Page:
Corporate profitability has suffered and this is weighing on investment. The energy and mining industries have been hit by collapsing commodity prices, with investment and exploration spending down by 35% last year. Given that the energy and mining industries have accounted for roughly half the growth in non-financial capital spending in the last six years the slowdown in spending here is significant.
Measured by GDP (Moody’s Analytics) the US economy ended 2015 on a weak note, intensified by the drop in profits. Real GDP rose 1.4% in the fourth quarter, according to the Bureau of Economic Analysis’ third estimate, down from 2% growth in the prior quarter. Consumer spending, residential investment, and federal government spending contributed to growth; inventories, exports and non-residential fixed investment were drags. Consumer spending and exports were revised higher. Overall prices rose 0.9%. Real disposable income growth slowed to 2.3% after rising 3.2% in the third quarter. The saving rate held steady at 5%. Profits fell 7.8% (not annualised), after falling 1.6% in the prior quarter. Gross domestic income rose a paltry 0.9%, after rising 2% in the third quarter.
Let’s now turn domestically.
Recession Indicators in the Australian Economy
The positive news locally was the labour market. March QTR data (Access Economics) showed that the headline unemployment rate fell to 5.7% with a reduction in the number of people unemployed by 43,000.
Over the year to March 2016, employment growth came in at a very healthy 2.0% – a net 245,000 jobs gained over the past year. That improvement has occurred against a backdrop of below average GDP growth, in part as there has been a rebalancing away from capital intensive sectors (notably mining construction) to more labour intensive ones (such as tourism). This indicator is flattering in that there has been a shift towards part time work (from full time) and the actual number of hours worked has remained flat.
The year-to-date growth rate for retail sales is 3.3%, well below the ten-year average of 4.5%.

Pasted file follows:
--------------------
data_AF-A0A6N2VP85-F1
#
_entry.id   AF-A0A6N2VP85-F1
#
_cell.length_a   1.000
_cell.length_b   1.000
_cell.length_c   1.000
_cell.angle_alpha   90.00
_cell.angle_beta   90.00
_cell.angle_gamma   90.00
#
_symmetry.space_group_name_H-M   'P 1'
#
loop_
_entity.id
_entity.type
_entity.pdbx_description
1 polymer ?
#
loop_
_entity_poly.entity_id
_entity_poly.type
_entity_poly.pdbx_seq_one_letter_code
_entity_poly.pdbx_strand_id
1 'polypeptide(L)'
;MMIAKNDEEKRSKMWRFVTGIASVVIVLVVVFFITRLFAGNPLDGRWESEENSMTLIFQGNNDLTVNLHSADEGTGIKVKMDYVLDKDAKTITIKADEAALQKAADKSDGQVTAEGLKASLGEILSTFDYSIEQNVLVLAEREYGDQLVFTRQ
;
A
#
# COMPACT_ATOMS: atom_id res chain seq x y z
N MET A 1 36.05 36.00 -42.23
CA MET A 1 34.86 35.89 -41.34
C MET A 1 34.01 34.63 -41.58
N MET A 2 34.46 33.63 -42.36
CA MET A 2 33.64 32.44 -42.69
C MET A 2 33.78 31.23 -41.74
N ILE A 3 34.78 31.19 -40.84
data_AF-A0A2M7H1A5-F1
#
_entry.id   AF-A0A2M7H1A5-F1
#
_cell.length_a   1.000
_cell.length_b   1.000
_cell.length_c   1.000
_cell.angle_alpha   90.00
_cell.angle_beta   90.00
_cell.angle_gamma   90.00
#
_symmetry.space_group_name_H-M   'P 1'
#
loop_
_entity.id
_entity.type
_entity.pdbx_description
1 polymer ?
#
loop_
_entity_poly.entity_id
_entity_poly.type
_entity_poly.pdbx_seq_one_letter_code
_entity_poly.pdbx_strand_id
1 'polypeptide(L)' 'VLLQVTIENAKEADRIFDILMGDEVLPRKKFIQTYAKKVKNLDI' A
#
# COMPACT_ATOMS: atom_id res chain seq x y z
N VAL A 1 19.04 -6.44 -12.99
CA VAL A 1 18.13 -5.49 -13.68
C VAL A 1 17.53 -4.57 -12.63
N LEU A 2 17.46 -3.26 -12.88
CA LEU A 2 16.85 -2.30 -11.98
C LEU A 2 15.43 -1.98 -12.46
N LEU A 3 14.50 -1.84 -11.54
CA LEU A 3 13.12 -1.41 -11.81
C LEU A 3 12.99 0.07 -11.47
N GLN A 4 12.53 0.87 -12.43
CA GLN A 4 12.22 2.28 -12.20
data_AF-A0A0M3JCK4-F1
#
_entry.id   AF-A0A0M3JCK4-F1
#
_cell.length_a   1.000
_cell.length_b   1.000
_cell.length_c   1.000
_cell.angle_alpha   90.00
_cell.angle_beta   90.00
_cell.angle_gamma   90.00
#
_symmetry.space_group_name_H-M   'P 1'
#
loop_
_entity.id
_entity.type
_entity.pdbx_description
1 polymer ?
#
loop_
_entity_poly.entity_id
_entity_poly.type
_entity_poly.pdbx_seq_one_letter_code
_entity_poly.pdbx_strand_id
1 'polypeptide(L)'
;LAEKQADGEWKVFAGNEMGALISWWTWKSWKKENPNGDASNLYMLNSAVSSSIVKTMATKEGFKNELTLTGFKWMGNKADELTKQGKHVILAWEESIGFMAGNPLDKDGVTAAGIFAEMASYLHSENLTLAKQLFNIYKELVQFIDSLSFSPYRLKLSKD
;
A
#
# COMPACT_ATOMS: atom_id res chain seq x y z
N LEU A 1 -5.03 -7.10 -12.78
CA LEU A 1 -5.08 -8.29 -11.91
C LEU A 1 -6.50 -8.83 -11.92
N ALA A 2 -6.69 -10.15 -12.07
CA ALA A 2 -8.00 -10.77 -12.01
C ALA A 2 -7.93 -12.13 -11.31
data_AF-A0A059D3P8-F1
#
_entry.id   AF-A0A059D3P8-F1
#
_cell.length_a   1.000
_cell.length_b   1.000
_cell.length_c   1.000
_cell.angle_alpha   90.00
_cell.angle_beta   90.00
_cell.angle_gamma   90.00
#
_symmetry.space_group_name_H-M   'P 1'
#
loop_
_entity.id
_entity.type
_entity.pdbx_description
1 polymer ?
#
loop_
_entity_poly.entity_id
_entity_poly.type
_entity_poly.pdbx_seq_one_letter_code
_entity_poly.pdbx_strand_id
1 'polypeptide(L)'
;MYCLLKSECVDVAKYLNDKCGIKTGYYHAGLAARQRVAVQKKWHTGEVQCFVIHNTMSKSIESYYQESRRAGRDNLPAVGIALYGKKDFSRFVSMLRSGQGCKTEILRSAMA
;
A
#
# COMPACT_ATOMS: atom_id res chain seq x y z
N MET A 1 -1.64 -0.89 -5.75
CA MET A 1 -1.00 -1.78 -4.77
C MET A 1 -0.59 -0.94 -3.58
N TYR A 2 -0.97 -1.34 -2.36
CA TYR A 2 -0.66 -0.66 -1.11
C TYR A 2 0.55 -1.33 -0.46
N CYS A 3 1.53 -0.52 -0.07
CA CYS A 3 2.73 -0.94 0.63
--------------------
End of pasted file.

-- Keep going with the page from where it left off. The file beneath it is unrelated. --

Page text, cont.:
Consumer confidence also dropped sharply over April, leaving the index at its lowest level since September 2015. The drop in confidence has been blamed on global economic woes and general
All of this suggests that GDP growth in Q1 2016 is likely to be weaker than that recorded at the end of last year.
The following graphs (GDP growth and Underlying Inflation) up to March QTR 2016 show the trending down of both measures.
Whether Australia goes into recession is a moot point and we will watch with great interest in the coming months for further local and overseas indicators.
Tightening Credit Markets in Australia – Impact on Property, Construction Development Funding
The actions of the major Banks to boost equity and de-risk their balance sheets (in response to Basle III and APRA regulation) is also potentially adding to the tightening of the economy.
Property developers are feeling the effects of tightening by the Banks. The tightening has revolved around the following:
- Reduced loan to value ratios for investors, thereby increasing the equity requirement. This has brought about a heightened risk for “off the plan” pre-sale contracts falling over
- Increased pre-sale hurdles to counteract point 1 and to generally de risk projects
- Reduced loan to value ratios for development projects which also requires additional equity to underpin the project funding
What does an Australian Recession mean for the Property Development and Construction Sectors?
The private funding markets have seen a surge in enquiry for both senior construction funding and subordinated funding to bridge the equity gap. Developers have also had to rethink their debt/ equity and sales strategies to lift their presales to higher levels.